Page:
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Helaine Olen – Private schools for the ultra-wealthy keep getting more opulent. Is it a problem if the somewhat wealthy feel left behind?

This past weekend the Los Angeles Times published a piece about recent or planned expansions and luxury level upgrades at a number of elite private schools, many located in rather exclusive neighborhoods of the city.

Hancock Park’s Marlborough School, the paper reported, tore down a number of neighborhood homes to “add an Olympic sized aquatics center, fitness facility and expanded athletic field,” while West Hollywood’s Center for Early Education (a school so known for its power-broker parents that it has acquired the less-than-flattering moniker the Center for Early Networking) is now attempting to raise between $50 and $75 million for campus upgrades.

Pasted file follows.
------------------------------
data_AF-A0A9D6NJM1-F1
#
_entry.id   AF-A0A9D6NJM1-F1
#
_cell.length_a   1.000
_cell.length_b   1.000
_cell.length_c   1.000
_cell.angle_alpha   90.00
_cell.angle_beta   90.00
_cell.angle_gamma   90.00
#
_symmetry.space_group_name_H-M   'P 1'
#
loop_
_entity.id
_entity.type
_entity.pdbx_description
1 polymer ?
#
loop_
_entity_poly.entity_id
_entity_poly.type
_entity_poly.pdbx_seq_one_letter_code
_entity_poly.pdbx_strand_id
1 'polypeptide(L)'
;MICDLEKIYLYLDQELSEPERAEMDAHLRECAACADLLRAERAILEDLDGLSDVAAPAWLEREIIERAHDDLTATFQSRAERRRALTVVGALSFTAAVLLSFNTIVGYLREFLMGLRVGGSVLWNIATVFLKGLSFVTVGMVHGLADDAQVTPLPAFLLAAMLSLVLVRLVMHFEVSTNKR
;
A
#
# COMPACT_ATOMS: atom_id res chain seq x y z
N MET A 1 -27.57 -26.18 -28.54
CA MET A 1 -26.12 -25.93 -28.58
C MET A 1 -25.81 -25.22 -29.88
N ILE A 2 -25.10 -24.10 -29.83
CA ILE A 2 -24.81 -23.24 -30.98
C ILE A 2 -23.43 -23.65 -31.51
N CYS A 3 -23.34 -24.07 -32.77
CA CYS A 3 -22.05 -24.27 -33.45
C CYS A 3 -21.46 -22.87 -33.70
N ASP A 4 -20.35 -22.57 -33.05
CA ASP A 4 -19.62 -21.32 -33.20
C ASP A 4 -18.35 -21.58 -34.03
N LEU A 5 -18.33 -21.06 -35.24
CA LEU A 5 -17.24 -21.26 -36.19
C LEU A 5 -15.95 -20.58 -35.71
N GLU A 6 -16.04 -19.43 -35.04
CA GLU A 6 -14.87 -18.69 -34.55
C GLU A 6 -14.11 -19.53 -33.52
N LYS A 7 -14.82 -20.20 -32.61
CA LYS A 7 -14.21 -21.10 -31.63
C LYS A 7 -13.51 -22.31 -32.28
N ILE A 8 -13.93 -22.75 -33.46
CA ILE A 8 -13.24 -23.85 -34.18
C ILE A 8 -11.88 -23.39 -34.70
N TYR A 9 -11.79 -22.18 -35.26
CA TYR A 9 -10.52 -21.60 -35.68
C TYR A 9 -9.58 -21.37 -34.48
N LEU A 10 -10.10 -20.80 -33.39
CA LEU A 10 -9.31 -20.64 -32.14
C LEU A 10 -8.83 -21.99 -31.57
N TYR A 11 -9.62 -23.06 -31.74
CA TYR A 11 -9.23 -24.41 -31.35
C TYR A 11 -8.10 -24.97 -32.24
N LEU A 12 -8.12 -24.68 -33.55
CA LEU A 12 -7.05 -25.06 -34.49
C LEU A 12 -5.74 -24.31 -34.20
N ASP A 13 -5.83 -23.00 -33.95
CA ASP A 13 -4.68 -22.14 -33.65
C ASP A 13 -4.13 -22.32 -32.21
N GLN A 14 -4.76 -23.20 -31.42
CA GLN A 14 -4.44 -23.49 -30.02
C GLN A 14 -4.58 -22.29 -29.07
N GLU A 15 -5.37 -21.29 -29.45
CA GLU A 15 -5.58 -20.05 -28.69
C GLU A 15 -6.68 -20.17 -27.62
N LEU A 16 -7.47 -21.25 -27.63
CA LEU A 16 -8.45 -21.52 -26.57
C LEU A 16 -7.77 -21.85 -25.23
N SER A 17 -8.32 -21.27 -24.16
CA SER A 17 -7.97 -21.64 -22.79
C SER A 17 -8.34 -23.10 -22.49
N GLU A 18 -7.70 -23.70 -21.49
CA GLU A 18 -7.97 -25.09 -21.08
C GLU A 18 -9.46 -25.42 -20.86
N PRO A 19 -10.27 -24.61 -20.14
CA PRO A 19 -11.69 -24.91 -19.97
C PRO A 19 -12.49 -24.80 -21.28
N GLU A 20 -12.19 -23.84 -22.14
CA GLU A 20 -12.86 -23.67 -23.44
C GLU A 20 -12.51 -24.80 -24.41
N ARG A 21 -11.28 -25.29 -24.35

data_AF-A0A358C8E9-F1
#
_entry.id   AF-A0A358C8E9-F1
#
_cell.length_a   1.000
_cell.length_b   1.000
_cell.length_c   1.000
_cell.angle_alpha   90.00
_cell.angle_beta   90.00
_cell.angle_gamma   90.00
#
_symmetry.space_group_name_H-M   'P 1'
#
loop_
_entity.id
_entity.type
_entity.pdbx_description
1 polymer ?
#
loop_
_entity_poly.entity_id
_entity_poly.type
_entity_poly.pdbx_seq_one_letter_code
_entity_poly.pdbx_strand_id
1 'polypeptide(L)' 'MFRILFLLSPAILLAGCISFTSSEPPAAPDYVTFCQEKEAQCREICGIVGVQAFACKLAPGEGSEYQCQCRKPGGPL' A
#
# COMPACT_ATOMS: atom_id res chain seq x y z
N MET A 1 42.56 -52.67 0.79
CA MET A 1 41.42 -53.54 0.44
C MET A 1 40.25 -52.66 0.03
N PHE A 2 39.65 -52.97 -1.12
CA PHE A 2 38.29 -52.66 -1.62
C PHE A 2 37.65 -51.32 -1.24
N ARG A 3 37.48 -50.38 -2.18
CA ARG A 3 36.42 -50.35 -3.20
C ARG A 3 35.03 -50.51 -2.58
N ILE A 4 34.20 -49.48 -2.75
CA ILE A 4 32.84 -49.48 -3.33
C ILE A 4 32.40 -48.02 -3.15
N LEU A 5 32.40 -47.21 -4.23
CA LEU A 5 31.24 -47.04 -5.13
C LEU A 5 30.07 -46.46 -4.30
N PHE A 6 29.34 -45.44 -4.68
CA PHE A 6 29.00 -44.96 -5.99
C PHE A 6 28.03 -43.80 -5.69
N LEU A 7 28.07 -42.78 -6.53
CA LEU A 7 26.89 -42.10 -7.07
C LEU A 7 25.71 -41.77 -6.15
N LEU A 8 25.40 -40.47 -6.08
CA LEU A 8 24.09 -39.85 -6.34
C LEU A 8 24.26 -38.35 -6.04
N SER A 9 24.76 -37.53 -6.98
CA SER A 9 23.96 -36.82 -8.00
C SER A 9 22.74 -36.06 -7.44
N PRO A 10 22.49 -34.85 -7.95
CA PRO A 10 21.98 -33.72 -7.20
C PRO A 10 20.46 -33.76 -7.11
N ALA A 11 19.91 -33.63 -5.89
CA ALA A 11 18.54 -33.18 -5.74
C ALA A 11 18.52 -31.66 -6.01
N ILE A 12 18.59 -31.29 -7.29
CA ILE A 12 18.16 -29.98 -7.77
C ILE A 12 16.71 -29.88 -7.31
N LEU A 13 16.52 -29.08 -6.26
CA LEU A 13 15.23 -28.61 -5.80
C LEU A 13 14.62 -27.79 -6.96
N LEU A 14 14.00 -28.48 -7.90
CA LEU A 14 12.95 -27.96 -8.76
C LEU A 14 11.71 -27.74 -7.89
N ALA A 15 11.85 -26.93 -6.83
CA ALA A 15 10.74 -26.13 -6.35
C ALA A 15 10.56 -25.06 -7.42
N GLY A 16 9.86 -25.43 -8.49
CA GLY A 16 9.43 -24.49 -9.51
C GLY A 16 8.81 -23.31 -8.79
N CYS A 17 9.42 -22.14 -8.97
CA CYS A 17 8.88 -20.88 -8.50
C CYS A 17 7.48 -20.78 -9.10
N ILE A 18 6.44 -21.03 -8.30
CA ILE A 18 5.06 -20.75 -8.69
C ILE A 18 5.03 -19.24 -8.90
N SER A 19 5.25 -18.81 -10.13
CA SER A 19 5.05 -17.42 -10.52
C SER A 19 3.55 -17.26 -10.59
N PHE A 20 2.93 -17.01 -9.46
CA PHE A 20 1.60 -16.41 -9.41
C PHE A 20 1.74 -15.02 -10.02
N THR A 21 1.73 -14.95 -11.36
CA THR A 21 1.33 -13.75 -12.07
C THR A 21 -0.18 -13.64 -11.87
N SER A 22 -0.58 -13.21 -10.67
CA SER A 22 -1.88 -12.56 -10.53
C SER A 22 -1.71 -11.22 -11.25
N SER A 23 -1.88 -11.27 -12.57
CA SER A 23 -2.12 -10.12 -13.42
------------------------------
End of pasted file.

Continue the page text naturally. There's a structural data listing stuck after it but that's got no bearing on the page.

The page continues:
Before you say, “Only in L.A.” and move on, know this is not simply a West Coast phenomenon. In New York City, a combination of ambitious parent fundraising and a city bond program is also inspiring an arms race of new amenities at the city’s independent educational facilities. Consider the prestigious Brearley School. The school bought three tenements, and will be building itself a new lower school, complete with a state-of-the-art science department, auditorium, and gym.

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